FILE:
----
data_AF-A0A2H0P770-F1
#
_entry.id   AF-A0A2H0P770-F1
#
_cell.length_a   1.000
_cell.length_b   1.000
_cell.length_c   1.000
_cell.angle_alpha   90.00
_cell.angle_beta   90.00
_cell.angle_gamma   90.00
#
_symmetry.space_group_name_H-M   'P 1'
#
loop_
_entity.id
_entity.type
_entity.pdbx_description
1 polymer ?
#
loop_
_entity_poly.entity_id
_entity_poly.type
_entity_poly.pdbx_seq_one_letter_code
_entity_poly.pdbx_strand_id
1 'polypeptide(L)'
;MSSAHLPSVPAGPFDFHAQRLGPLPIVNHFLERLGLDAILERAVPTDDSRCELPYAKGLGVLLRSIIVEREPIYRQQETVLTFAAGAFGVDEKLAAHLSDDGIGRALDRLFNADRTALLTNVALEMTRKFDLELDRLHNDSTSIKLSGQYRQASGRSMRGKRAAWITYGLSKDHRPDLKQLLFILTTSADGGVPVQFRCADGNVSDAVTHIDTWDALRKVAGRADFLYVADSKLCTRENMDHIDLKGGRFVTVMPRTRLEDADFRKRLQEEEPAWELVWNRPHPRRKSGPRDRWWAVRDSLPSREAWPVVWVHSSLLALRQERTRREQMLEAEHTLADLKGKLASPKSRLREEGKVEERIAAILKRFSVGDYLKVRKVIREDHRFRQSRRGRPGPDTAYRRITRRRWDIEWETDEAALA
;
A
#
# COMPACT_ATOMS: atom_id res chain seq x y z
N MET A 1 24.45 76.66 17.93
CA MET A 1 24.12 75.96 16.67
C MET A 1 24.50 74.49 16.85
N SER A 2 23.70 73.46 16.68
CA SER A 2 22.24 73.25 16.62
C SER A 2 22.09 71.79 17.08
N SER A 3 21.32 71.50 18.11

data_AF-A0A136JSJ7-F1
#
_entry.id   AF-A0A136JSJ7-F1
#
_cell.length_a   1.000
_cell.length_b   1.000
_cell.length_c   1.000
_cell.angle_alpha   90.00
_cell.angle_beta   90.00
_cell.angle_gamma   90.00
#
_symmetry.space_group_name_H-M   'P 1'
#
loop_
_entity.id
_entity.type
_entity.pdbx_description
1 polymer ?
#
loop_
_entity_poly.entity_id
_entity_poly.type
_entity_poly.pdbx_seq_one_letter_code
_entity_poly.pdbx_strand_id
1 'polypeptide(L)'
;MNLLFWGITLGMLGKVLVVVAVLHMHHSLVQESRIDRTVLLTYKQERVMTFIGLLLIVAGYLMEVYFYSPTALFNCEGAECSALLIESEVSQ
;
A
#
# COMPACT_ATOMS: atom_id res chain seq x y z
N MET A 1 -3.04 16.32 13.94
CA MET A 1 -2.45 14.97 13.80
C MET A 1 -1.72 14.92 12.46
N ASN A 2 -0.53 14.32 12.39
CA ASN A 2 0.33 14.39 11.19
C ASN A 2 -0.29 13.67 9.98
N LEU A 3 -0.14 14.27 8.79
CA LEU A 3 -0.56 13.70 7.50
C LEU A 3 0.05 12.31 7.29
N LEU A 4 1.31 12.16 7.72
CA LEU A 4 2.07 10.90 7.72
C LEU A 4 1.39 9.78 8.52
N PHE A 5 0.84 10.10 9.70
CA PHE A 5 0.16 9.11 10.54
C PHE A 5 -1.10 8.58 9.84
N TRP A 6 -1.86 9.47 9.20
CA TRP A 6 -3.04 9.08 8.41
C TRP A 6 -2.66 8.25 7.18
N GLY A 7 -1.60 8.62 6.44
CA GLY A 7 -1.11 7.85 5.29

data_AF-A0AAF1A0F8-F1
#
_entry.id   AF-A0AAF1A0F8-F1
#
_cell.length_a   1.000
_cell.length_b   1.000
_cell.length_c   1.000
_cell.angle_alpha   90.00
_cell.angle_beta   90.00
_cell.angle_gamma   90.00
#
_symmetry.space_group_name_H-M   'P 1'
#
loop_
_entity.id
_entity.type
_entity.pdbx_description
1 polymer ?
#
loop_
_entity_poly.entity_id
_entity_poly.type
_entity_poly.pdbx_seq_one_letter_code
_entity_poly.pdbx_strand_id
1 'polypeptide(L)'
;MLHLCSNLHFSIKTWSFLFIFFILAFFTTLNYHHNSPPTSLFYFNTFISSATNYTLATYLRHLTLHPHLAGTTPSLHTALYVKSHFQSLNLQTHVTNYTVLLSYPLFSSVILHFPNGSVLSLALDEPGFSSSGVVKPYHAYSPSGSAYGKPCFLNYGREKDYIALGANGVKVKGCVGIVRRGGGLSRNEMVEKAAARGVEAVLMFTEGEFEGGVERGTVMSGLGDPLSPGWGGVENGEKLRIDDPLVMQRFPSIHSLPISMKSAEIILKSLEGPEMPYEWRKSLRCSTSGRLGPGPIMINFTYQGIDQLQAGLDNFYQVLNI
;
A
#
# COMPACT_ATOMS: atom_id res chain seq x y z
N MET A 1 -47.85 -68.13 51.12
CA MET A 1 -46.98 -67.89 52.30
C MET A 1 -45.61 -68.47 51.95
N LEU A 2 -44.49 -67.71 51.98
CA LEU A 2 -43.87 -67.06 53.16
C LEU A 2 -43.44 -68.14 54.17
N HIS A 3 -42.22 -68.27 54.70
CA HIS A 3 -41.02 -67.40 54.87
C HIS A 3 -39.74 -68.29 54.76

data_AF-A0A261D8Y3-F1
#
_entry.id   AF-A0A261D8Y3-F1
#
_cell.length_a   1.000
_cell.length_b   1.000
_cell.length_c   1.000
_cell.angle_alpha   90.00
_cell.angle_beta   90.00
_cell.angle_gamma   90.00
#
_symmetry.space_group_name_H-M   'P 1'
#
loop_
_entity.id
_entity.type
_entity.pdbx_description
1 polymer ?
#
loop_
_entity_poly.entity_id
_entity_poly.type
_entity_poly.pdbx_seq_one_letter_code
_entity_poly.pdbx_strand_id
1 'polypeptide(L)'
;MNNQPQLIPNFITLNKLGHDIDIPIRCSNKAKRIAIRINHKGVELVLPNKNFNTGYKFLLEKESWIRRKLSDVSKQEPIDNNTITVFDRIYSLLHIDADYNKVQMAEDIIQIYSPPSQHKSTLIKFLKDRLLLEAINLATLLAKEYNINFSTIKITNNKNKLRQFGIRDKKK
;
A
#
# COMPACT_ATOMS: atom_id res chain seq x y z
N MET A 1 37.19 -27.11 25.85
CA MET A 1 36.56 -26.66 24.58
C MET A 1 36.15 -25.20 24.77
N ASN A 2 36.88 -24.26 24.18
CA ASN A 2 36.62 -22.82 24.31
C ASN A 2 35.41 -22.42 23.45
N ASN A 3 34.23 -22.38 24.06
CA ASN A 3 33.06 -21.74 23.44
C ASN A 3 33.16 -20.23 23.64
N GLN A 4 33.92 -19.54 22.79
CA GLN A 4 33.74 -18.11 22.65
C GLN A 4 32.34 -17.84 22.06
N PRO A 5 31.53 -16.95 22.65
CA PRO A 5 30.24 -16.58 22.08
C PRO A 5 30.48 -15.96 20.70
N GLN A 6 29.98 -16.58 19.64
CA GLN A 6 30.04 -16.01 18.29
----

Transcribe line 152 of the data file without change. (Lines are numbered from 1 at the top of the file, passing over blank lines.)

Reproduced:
;MNNQPQLIPNFITLNKLGHDIDIPIRCSNKAKRIAIRINHKGVELVLPNKNFNTGYKFLLEKESWIRRKLSDVSKQEPIDNNTITVFDRIYSLLHIDADYNKVQMAEDIIQIYSPPSQHKSTLIKFLKDRLLLEAINLATLLAKEYNINFSTIKITNNKNKLRQFGIRDKKK